Archive for May, 2011
New fiction books this week are “Sixkill” by Robert Parker; “Blood Trust” by Eric Van Luster; “A Time for Patriots” by Dale Brown; “The Devil’s Light” by Richard North Patterson; “Rogue Warrior” by Richard Marcinko; “Buried Prey” by John Sandford; “The Butterfly’s Daughter” by Mary Alice Monroe; and “Night Road” by Kristin Hannah. New non-fiction: “If You Ask Me” by Betty White; “From This Moment On” by Shania Twain; “Normal Gets You Nowhere” by Kelly Cutrone; and “Your teacher Said What?” by Joe Kernan.
The last few weeks, I have mentioned that the library has been working toward converting to new software. There are several reasons for this, but mostly it will provide you with user friendly access to what we have in the collection either at the library or at home. The second important reason is so we can be “hooked up” to other libraries in the Panhandle and you can see what other libraries have. The total Panhandle project will extend over several months as other libraries come on board.
Meantime, at the Kimball Public Library, the staff and a few volunteers have been going through all the 25,000 records in the collection and getting them consistent per section of the library and adding more information where needed to make searching for items easier for you, the public, and for us, the staff. This process has been time consuming and like I said last week, taking more time than we realized. But, we are gaining. This leads up to the week of being closed, May 30 to June 4, to physically go to the shelves for the final steps in co-coordinating the barcodes to match what in in the new software program.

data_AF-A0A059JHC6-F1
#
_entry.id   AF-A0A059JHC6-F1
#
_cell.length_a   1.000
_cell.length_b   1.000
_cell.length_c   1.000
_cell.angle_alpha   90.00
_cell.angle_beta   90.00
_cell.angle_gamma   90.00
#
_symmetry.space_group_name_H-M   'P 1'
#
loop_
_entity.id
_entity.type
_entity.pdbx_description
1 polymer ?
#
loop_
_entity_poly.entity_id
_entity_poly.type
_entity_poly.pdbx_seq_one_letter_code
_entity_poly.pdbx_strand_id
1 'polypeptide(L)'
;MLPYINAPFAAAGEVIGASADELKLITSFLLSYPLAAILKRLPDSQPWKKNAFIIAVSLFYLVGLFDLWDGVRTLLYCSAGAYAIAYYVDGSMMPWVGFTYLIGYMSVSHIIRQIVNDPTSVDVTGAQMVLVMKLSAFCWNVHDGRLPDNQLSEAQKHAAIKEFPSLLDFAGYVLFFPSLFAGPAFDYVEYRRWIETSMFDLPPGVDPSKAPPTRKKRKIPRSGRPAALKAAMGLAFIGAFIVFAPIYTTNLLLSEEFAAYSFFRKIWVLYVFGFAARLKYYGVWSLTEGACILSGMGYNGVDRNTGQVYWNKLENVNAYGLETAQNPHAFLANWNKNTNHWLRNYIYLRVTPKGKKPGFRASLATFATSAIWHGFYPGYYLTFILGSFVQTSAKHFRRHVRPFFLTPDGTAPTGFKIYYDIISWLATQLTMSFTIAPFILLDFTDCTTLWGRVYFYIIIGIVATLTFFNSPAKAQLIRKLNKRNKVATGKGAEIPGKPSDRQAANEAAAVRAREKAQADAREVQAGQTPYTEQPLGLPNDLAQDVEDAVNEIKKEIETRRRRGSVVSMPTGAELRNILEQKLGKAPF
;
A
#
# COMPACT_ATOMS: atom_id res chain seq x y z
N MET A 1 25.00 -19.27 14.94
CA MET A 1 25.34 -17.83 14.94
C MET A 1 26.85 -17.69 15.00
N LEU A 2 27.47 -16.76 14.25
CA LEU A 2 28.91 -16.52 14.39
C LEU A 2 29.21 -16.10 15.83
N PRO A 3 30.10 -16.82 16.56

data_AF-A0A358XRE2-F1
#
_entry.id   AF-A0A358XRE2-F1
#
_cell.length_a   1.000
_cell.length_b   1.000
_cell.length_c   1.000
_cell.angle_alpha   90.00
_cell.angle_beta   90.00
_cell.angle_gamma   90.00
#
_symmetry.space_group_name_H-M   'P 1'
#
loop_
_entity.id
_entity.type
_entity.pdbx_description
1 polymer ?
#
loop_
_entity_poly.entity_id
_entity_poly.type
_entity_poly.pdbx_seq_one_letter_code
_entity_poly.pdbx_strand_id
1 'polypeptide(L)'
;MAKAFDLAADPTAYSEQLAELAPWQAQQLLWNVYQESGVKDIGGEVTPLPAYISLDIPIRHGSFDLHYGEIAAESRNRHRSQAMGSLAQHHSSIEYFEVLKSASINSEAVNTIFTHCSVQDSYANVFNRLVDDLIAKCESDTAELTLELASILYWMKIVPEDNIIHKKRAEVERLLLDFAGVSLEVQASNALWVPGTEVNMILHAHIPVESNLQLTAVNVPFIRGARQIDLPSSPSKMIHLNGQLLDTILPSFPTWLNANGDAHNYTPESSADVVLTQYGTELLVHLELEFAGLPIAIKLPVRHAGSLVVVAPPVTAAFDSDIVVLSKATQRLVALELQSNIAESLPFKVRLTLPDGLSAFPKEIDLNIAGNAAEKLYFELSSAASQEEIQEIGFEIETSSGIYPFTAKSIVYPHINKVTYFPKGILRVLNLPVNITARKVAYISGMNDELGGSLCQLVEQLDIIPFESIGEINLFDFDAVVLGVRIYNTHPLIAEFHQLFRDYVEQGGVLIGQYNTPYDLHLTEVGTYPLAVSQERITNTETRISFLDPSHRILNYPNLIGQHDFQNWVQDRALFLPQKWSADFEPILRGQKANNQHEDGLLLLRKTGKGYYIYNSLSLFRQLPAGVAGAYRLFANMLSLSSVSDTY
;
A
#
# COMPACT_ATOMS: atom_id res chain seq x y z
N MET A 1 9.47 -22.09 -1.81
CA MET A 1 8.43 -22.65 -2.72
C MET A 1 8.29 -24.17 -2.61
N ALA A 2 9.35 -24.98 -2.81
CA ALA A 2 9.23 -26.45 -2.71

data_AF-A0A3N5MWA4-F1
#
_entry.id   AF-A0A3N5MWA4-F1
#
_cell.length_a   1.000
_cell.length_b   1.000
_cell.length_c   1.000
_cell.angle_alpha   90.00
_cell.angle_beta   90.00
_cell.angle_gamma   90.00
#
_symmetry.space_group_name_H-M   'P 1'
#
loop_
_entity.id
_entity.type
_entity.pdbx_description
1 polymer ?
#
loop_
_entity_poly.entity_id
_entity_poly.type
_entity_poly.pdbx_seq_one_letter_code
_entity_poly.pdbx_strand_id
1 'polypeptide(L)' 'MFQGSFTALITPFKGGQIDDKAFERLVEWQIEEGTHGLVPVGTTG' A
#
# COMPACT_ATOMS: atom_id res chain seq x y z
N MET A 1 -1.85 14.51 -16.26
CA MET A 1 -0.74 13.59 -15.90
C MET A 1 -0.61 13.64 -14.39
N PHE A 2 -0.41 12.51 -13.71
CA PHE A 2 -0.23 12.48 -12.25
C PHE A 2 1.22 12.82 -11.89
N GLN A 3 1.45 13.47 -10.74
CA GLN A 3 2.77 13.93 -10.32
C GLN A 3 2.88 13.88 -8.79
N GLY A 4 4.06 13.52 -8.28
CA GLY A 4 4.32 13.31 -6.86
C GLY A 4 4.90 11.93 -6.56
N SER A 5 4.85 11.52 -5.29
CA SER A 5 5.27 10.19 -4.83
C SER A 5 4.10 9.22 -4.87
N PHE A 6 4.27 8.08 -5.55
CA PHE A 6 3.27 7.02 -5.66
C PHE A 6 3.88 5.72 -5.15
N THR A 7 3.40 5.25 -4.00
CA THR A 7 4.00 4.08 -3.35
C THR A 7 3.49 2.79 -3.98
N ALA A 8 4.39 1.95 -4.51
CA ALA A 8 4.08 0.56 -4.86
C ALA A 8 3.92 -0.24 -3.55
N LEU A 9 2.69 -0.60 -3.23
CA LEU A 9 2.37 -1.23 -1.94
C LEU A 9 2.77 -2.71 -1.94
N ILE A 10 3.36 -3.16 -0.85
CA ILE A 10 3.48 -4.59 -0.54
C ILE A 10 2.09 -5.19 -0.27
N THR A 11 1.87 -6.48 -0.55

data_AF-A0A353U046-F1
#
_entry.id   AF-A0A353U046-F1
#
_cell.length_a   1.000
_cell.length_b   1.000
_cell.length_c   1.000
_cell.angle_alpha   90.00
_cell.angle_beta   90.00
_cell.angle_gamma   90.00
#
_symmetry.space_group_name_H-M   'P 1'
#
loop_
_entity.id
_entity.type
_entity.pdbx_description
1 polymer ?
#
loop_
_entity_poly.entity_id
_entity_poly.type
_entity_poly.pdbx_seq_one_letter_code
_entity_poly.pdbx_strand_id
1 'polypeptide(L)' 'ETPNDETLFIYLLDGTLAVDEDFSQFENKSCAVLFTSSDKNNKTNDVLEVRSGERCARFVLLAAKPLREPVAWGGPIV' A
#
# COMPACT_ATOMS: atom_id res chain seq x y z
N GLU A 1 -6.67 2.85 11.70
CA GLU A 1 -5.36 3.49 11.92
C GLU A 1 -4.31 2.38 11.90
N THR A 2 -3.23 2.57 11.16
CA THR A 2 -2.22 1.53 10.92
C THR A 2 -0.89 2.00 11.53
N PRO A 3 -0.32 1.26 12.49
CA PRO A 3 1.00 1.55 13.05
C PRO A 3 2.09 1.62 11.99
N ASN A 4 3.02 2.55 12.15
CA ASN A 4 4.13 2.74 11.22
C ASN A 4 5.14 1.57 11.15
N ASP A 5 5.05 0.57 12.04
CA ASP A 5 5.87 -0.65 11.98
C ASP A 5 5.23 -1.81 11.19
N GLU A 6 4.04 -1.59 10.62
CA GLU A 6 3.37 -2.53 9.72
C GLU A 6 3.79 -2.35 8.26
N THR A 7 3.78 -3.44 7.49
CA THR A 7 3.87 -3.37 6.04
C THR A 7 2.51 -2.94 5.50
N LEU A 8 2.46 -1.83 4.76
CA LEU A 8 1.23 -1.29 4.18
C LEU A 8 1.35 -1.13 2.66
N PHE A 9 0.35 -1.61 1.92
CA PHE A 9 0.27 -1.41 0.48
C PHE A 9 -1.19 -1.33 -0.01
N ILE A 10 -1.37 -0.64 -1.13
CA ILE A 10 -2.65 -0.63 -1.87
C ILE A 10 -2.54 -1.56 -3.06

This is a reminder that the library will be closed for one full week beginning with Memorial Day weekend, Saturday, May 28 through Saturday, June 4. I know we will be busy again the next week and possibly have some new books for you again. Summer Reading sign-up will continue from June 6 through June 13. Looks like it will be a busy summer. Stay safe.
Hi adults and teens,
We have something for you also. All you have to do is sign-up by June 13 and read books. You then turn in a very brief book report and that will make you eligible for prizes at the end of the program in July. The only rules are that you have to be signed up and read books checked out from the Kimball Public Library. The wrap-up programs with be July 11 for Teens and July 12 for Adults. The adults can share about the books they read and if they were good or not.
The library is getting ready for the Summer Reading Program. The first session will be on June 13 at 10 a.m. sharp. The musical program will follow the summer reading 2011 theme “One World, Many Stories”. David Marsh will provide music from around the world using many instruments and uplifting and humorous songs and stories to entertain all of us. Children who are under 5 years old may also attend this program. David is the first musician to work with the Nebraska Humanities Council and has done over 100 musical programs for youth. We are excited to kick off the Summer Reading Program with his talents.